Rees rehearsed in a temporary television studio in Gore Hill, which he described in his memoirs as twice as big as a garage. There were only two cameras, which Rees said were already old fashioned. “There was hardly room to swing a sound boom without knocking down one of the half dozen players and perhaps a camera assistant to boot”, wrote Rees. One Saturday, Rees and his cast were locked out of the studio and unable to rehearse. That cast consisted of Edward Howell (Goudie), Deryck Barnes (Jevons), Gina Curtis (Erna Orson, the female reporter), Lewis Fiander (Charlie Riddle, the young reporter) and Moray Powell (Mr Taunton, the editor).
The Sub-Editor’s Room went to air live on 18 December (I’m not sure if it screened in any other city outside of Sydney). Rees wrote “the show went on with reasonable success (for the times), despite my momentary fear, in the control room, that at any moment something would happen in the studio”. No copy of the production exists, at least not to my knowledge, but I was able to read a copy of the script at the National Archives of Australia, and it was (not surprisingly) a very faithful adaptation. The Australian Women’s Weekly commented on it saying “The play was outspoken and the word “slut” was used several times [to describe the divorcee]. Full marks go to the A.B.C. for putting on such a play without emasculating the author’s words.”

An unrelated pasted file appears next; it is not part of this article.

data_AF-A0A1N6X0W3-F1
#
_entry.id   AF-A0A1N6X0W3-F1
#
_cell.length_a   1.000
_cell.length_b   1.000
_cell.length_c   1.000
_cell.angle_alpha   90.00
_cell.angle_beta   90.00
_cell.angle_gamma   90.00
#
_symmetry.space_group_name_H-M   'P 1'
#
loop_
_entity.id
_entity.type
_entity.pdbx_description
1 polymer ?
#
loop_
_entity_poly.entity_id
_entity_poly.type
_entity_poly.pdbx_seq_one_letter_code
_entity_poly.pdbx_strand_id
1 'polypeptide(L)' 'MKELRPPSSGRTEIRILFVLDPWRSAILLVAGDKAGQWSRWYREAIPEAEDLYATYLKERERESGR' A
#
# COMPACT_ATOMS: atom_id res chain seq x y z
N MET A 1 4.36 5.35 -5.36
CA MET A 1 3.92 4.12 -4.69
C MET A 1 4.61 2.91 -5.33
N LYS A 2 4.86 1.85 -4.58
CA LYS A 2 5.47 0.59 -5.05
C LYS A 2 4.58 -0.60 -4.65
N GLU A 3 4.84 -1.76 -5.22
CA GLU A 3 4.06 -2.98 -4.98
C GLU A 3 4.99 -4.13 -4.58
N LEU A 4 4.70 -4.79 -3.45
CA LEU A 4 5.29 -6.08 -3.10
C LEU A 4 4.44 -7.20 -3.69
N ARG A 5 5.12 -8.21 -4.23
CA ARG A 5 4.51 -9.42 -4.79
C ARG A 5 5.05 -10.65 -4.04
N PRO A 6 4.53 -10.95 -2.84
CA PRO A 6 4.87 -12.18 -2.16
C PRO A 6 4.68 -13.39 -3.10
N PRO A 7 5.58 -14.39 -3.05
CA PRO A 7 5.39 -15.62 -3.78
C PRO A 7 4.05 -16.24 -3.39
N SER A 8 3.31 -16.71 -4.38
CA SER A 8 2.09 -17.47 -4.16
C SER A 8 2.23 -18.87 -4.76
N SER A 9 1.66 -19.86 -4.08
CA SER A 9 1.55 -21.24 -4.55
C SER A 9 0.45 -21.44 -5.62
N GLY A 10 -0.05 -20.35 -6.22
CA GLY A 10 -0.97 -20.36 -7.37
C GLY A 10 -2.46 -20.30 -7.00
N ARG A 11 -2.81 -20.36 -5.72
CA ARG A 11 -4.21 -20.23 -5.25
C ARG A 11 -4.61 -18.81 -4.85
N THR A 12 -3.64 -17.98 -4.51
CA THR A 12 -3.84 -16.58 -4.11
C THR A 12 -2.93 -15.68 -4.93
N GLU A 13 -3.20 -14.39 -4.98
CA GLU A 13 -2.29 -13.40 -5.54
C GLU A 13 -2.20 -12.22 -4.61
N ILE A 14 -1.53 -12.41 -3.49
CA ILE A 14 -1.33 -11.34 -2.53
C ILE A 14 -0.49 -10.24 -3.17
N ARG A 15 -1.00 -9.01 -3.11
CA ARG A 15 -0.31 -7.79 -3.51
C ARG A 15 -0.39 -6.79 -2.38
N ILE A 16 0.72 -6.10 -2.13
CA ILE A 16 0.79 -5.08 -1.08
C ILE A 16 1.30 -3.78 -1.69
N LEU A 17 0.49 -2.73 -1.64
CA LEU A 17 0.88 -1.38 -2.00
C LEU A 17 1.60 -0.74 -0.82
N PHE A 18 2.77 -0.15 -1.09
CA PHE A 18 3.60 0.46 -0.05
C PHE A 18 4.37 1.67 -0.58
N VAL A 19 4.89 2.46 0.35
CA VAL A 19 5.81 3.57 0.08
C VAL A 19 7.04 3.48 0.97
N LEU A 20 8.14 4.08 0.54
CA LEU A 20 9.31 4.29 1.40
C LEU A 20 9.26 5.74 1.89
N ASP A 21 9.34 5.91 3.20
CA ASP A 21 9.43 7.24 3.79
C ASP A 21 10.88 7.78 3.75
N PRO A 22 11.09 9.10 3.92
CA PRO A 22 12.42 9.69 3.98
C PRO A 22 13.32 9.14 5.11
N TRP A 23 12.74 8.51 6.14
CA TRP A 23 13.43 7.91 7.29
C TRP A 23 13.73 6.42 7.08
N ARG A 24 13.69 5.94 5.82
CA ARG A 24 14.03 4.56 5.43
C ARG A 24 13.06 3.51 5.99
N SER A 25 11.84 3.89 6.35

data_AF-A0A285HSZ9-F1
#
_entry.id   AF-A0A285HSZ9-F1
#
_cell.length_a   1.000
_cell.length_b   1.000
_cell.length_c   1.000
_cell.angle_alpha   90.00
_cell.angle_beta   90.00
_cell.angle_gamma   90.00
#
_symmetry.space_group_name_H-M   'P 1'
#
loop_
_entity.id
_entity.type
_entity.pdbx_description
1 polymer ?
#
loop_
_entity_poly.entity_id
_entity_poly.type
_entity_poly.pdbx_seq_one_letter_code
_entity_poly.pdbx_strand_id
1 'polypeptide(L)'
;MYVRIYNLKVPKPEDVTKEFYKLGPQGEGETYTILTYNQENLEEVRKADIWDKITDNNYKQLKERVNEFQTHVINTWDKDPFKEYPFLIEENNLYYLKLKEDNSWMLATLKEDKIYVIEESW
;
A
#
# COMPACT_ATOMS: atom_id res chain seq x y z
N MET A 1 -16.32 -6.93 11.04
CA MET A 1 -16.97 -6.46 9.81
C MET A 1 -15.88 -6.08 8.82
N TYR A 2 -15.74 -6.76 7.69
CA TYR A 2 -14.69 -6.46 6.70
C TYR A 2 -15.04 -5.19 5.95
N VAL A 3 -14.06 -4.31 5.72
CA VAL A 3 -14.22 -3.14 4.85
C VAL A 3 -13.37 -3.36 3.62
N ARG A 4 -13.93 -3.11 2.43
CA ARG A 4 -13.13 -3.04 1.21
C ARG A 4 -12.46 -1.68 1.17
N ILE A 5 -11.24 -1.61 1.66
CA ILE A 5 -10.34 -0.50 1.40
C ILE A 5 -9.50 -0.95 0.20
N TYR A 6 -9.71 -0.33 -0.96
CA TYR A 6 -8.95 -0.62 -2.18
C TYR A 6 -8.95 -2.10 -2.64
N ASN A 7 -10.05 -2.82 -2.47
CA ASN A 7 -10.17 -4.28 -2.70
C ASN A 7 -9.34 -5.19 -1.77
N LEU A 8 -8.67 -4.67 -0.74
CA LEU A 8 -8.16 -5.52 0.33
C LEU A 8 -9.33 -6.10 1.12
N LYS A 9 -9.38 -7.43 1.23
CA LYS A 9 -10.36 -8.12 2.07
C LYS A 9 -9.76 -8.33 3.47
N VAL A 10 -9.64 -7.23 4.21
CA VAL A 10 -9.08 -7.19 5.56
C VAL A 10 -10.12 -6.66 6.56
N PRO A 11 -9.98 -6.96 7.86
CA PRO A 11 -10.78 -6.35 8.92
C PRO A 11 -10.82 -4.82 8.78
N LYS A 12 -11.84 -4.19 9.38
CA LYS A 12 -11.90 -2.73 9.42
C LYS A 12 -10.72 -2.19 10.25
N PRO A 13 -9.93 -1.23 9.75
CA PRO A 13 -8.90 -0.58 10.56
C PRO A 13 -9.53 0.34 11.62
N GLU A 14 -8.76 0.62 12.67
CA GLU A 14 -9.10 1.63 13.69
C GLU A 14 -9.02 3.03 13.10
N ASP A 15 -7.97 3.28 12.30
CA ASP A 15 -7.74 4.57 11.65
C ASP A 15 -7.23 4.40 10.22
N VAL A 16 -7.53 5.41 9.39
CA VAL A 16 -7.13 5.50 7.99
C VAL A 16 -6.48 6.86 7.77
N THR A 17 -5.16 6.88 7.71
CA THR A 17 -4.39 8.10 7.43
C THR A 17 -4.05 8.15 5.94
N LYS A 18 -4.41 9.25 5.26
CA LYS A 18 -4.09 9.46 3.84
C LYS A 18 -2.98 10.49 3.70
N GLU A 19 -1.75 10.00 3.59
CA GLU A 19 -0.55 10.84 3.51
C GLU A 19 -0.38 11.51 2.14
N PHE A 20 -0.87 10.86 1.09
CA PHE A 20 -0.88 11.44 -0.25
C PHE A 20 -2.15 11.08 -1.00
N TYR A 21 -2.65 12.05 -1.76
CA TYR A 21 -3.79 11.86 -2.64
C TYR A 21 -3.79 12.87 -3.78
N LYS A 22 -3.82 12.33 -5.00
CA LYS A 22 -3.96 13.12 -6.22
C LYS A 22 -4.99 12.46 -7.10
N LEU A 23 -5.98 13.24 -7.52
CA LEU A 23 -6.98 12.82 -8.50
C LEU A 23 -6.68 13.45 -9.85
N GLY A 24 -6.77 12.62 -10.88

Rees did not enjoy the experience of working in television, however, feeling that all of the technical requirements distracted him from his job of directing the actors. He decided “to stick to the one sense medium (so far as producing went) before I became a psycho case.” In hindsight, this was a turning point, as ABC television lost its biggest in-house champion of local writing. It gave more control to Anglo and Europ-philic/Australophic decision makers such as Neil Hutchison, who ensured for many years that ABC television drama was dominated by British and European written stories.